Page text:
The compounding effects of repeated climaterelated hazards makes it almost impossible to avoid and break the cycle of successive inadequate or inappropriate adaptation. The ability of different actors, organisations and systems to break this cycle hinges specifically on their level of adaptive capacity. Given the large uncertainty in scenarios of future climate change and their contextual character, it makes more sense to focus on building adaptive capacity than specific adaptations, through identifying and characterising the attributes necessary to make these adaptations successful. While all adaptation is local, adaptive capacity is not. Generalisations can be made across the divide between disaster risk reduction and ‘deeper’ structural reform to promote risk management that contributes to social transformation.
Considerable effort has been made in the literature to theorise what attributes may enhance the capacity of human and sociopolitical systems to prepare for and recover from negative impacts of climate-related phenomena (Smit et al. 2000; Folke et al. 2002; Tompkins and Adger 2005; Eakin and Lemos 2006). Yet, there have been relatively few empirical studies that seek to understand how this capacity can or has been built (or not) in the real world. What factors make human, social and political systems less vulnerable to climate-related phenomena? We argue that building adaptive capacity is a two-tiered process that must include both risk management to climate impact and deeper level socioeconomic and political reform that addresses the root causes of vulnerability, especially among the vulnerable poor.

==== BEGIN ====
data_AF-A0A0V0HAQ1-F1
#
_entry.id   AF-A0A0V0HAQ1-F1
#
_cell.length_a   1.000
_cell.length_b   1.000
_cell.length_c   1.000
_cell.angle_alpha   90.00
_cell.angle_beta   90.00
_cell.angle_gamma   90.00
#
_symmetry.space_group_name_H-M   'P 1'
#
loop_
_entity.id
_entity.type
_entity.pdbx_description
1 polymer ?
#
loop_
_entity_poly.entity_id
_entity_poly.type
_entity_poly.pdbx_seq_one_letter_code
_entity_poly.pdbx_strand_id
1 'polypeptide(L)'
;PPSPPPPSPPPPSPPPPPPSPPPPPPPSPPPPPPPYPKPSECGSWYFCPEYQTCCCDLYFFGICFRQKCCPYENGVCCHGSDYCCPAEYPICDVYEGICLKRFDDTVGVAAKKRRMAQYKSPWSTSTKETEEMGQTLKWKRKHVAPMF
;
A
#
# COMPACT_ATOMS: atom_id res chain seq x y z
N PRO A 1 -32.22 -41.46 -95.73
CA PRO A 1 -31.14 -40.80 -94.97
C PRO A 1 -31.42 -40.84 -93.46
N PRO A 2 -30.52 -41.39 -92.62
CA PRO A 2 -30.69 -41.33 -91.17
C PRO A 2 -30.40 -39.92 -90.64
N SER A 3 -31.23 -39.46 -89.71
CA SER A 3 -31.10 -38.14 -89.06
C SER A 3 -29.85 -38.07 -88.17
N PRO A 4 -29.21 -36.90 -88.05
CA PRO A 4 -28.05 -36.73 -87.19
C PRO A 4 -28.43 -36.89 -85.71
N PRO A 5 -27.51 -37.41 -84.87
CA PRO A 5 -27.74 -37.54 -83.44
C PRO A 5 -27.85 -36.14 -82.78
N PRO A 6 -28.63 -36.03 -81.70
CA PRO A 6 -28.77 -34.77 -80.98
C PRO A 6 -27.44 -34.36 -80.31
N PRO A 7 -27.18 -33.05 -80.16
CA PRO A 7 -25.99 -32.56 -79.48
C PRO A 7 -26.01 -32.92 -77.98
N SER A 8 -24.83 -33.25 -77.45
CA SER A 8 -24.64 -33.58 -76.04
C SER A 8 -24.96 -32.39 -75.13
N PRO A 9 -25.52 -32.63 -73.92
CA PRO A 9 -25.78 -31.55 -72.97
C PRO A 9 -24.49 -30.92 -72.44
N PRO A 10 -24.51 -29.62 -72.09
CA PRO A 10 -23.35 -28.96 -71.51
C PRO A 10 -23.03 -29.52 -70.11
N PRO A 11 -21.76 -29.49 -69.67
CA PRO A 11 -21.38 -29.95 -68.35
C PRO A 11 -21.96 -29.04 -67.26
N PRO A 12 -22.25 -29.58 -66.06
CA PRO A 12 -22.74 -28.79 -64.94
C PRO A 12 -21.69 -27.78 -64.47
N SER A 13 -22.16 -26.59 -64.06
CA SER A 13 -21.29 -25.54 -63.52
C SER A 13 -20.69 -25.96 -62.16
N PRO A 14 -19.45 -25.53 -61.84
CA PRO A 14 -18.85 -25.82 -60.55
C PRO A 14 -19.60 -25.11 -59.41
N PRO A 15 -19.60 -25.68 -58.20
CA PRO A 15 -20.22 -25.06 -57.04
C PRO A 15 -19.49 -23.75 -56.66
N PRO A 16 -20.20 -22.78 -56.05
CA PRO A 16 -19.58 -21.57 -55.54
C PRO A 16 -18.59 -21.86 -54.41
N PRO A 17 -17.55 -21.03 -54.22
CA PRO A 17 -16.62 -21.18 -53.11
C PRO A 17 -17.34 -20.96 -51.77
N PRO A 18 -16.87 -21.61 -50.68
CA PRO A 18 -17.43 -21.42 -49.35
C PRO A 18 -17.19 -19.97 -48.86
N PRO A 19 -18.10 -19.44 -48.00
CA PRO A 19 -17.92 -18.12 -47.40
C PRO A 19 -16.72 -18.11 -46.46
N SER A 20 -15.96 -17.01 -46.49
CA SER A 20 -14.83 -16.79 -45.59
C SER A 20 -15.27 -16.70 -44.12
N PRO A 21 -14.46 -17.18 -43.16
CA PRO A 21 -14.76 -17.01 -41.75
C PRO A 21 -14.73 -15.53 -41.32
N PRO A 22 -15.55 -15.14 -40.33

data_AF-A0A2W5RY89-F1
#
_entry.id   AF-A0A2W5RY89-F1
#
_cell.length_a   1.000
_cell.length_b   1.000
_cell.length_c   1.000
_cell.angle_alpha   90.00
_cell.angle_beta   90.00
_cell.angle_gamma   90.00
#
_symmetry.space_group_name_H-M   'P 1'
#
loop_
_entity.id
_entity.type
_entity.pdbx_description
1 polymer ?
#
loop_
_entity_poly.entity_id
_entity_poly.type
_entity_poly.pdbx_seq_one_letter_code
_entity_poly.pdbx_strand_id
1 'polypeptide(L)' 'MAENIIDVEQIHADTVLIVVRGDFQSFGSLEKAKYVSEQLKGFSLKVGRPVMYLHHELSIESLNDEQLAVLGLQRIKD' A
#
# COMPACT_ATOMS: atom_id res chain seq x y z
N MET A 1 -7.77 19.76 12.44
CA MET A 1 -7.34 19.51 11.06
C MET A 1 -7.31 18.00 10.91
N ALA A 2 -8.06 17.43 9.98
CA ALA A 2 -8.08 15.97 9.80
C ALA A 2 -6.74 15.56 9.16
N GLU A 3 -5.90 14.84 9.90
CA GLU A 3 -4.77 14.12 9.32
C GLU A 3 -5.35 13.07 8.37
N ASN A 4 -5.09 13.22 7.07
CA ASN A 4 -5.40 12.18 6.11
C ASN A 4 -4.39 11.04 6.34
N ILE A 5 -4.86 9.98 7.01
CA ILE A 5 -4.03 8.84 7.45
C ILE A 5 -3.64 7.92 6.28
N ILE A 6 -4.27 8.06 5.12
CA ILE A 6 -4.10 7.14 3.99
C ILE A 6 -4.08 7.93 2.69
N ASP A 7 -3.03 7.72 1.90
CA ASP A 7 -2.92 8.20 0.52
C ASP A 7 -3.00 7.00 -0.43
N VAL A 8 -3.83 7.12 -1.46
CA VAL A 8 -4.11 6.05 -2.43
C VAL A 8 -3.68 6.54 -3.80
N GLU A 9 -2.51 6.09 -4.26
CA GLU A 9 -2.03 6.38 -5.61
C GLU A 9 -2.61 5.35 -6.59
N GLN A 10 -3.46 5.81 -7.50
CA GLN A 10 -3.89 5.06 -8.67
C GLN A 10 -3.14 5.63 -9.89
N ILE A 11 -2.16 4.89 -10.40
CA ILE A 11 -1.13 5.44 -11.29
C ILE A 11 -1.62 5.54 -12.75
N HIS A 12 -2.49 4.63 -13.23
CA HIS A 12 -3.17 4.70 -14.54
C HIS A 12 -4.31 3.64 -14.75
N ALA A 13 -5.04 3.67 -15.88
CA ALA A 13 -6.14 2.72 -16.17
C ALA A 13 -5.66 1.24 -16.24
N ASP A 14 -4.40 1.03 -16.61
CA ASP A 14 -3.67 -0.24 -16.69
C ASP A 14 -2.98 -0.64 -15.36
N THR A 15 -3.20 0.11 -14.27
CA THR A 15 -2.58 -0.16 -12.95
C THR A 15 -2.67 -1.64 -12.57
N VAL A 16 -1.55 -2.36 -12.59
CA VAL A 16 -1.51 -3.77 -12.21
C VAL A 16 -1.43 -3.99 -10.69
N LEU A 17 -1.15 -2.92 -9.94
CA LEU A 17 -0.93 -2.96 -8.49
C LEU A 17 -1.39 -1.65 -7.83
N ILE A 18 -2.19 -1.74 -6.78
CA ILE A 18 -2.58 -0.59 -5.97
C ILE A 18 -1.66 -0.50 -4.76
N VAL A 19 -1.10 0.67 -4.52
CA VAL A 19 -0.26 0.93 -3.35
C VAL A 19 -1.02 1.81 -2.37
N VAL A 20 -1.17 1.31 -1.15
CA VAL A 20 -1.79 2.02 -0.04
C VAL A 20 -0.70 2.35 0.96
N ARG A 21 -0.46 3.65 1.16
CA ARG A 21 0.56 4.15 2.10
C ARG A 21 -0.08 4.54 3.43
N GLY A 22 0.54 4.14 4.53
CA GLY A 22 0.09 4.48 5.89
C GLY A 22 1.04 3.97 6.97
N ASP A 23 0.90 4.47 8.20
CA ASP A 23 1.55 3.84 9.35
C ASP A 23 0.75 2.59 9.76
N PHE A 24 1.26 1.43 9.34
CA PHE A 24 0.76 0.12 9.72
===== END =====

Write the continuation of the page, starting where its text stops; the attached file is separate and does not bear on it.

Tier one comprises the design and implementation of risk management institutions – such as disaster preparedness plans, early warning systems and emergency disaster relief – that can potentially mitigate the most immediate and egregious effects of climate-related impact, especially among the poor in society without the capacity to self-rescue. Tier two encompasses socioeconomic and political reform that addresses the range of inequalities at the root of differential vulnerabilities that keep the poor living in poverty. Reforms such as income redistribution, land reform, universal education and healthcare access, and political democracy are just a few that might be necessary to decrease poverty and vulnerability in less developed countries. Although these kinds of reforms have been on the development agenda for a long time, their povertyreducing benefits have proved elusive to most poor countries in the world. The threat of climate change as an emergent stressor that will exacerbate vulnerability makes their implementation more urgent.